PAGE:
Tim Collins likes to think he has "the coolest job" at Wells Fargo. As senior vice president of experiential marketing he oversees the company's event and social media strategy, which includes blogs, sponsorships, events, interactive marketing, and online communities. "We create marketing that customers chose to participate in," he says.
Collins' job is to interact with customers wherever they choose to be, on their terms. From a social media perspective, the company operates a YouTube channel, a Facebook page, a Twitter account, and four blogs related to products, services, and Wells Fargo history. Its most recent blog, the Wells Fargo-Wachovia Blog, provides customers with information about the recent merger. Posts include the explanation of Wells Fargo's vision and value statements and diversity program, clarification on ATM use by Wachovia customers, and historical facts about Wells Fargo and Wachovia. "Our hope is that we're going to retain more customers and that they will feel that Wells Fargo is their trusted financial partner," Collins says of the merger-related blog. "There's lots of customer engagement, which is what we were hoping for."
Collins says he tries to keep up with where customers might be online, but is careful to learn the best approach. For example, the company created a corporate Twitter presence in the summer of 2008, but recently launched a second account, Ask_WellsFargo, staffed by two customer service reps, named Ruby and Kimarie, who personally attend to questions and comments from the more than 1,000 customers following them. The personal touch is something that evolved as part of Wells Fargo's Twitter strategy.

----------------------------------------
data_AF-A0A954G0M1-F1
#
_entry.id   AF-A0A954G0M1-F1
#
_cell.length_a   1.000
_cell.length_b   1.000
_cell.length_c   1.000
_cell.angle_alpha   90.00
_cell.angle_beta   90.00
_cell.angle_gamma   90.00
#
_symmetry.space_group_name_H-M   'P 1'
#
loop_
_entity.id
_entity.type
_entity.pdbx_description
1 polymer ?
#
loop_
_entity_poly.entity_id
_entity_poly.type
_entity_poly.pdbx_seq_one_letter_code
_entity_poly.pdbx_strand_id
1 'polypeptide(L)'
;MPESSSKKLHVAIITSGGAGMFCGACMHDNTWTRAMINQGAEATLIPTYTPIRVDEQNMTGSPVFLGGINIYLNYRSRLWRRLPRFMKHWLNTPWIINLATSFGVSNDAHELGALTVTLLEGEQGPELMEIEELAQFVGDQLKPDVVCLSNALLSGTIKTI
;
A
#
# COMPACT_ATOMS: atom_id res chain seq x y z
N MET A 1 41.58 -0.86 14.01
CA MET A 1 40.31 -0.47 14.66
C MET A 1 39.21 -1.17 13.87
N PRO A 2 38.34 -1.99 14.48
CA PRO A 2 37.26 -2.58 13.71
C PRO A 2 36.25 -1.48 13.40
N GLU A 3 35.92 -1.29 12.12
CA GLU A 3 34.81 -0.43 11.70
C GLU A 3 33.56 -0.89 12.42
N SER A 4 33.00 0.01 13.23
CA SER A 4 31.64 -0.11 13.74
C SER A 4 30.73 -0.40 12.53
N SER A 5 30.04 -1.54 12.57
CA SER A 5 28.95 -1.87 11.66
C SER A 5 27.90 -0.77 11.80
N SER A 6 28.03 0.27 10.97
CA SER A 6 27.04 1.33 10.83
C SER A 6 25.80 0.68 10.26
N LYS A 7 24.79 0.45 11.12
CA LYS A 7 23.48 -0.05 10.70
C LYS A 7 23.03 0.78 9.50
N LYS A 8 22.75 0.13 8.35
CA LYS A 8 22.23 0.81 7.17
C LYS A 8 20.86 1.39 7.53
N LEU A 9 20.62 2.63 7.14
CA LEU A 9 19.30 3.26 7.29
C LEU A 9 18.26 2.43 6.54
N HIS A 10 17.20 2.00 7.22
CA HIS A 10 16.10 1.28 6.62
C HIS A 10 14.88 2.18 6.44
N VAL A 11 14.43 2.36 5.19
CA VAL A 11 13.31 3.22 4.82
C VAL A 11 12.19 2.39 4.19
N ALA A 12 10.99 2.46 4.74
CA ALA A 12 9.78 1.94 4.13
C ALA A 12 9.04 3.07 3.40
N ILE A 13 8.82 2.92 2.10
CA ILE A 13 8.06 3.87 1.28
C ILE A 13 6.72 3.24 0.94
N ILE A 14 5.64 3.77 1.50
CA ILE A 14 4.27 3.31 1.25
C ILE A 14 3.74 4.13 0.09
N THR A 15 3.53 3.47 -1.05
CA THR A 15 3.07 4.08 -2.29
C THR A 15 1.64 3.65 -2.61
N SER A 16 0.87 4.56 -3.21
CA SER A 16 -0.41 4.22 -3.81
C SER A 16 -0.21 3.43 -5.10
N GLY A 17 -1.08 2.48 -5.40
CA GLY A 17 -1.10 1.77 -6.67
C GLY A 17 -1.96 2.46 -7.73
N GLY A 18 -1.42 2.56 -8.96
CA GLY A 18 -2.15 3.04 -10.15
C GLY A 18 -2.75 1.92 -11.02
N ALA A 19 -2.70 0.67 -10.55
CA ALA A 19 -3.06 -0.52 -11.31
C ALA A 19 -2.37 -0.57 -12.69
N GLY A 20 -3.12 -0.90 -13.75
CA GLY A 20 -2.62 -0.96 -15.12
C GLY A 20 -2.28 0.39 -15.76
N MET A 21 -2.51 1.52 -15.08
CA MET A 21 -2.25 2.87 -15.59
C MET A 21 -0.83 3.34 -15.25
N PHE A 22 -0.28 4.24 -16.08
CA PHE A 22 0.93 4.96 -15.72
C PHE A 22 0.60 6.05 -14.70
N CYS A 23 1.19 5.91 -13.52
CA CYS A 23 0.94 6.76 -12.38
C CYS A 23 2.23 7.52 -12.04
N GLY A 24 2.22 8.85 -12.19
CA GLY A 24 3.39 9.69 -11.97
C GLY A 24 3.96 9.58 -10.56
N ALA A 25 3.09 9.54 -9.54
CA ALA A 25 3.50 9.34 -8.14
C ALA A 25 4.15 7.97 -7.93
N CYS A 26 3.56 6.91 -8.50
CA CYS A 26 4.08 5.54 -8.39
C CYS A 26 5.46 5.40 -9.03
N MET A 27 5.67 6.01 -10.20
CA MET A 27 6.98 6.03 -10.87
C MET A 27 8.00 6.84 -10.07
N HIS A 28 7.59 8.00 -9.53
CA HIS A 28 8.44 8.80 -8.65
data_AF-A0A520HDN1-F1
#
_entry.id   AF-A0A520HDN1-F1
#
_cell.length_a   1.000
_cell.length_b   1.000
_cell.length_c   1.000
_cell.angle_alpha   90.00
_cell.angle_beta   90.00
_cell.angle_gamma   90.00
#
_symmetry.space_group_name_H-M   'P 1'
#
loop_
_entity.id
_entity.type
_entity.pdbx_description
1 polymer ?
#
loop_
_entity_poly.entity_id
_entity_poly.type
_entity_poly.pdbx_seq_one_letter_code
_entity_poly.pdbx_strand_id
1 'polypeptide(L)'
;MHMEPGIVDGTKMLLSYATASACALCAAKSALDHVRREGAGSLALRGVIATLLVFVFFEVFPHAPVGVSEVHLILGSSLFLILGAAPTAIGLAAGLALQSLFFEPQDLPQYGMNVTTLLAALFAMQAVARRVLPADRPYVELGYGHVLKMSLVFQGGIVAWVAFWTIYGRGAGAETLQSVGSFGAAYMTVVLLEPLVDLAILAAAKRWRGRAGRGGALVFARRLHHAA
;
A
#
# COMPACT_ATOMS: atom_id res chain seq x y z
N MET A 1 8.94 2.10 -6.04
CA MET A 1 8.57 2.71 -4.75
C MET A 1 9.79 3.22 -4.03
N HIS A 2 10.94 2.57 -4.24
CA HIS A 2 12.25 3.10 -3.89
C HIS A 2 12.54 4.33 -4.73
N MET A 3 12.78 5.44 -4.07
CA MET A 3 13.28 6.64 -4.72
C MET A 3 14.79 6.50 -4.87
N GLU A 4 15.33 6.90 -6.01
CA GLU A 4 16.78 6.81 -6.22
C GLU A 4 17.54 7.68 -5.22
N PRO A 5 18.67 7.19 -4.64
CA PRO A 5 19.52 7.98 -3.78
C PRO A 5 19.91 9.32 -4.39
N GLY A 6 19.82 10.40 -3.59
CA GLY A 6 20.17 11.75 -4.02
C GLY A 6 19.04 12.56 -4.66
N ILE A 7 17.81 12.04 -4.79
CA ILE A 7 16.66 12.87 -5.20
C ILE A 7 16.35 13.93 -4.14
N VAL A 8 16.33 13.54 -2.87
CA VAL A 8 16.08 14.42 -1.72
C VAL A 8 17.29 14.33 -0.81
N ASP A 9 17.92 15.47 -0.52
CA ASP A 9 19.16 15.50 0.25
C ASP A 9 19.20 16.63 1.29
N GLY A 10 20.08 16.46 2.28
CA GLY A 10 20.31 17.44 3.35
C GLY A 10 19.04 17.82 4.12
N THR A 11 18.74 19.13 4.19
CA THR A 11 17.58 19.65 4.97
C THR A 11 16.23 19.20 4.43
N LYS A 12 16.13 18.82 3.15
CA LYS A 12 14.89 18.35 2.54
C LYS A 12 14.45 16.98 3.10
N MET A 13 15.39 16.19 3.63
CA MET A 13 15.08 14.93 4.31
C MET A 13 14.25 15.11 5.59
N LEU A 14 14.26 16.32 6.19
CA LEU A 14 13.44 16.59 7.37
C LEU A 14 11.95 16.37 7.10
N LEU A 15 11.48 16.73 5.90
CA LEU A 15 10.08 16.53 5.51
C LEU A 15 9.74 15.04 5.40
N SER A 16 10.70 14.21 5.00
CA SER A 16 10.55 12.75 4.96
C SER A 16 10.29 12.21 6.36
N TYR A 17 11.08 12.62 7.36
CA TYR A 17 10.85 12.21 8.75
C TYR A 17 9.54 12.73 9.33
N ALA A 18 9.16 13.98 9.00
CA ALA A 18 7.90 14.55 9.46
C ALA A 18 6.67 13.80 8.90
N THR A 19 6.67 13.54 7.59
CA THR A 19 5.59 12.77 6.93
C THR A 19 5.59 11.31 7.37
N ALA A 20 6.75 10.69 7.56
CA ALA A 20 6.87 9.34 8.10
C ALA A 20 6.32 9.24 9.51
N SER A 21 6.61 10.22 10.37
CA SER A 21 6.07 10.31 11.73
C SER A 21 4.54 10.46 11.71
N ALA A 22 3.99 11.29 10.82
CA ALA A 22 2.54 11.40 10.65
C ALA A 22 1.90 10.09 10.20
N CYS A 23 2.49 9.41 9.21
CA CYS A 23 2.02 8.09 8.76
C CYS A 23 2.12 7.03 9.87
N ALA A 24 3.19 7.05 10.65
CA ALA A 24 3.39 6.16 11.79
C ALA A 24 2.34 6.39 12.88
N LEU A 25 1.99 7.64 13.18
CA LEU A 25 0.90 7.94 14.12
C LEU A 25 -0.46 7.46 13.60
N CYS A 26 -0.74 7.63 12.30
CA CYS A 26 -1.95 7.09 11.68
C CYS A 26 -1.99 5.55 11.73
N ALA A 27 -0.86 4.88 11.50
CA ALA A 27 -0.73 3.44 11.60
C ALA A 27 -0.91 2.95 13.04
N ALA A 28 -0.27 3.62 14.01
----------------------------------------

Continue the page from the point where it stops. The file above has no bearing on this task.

"We observed that brands that used their logo or other corporate icon as their profile picture got less engagement than brands that used a real person," Collins says. "It helps to humanize the brand, and make it more approachable."
Collins says that what makes his job the "coolest" is the ability to create a personal and community bank feel at a company that employs more than 250,000 people across the country. "Technology has helped, and social media in particular, by providing a direct connection to the customer that didn't exist five years ago," he says. "We can get immediate, firsthand feedback when we launch a program or when there's a problem. Sometimes it can be hard to hear because it's very direct, but it's valuable. We've been able to fix problems and build customer relationships, so what's not to like about that?"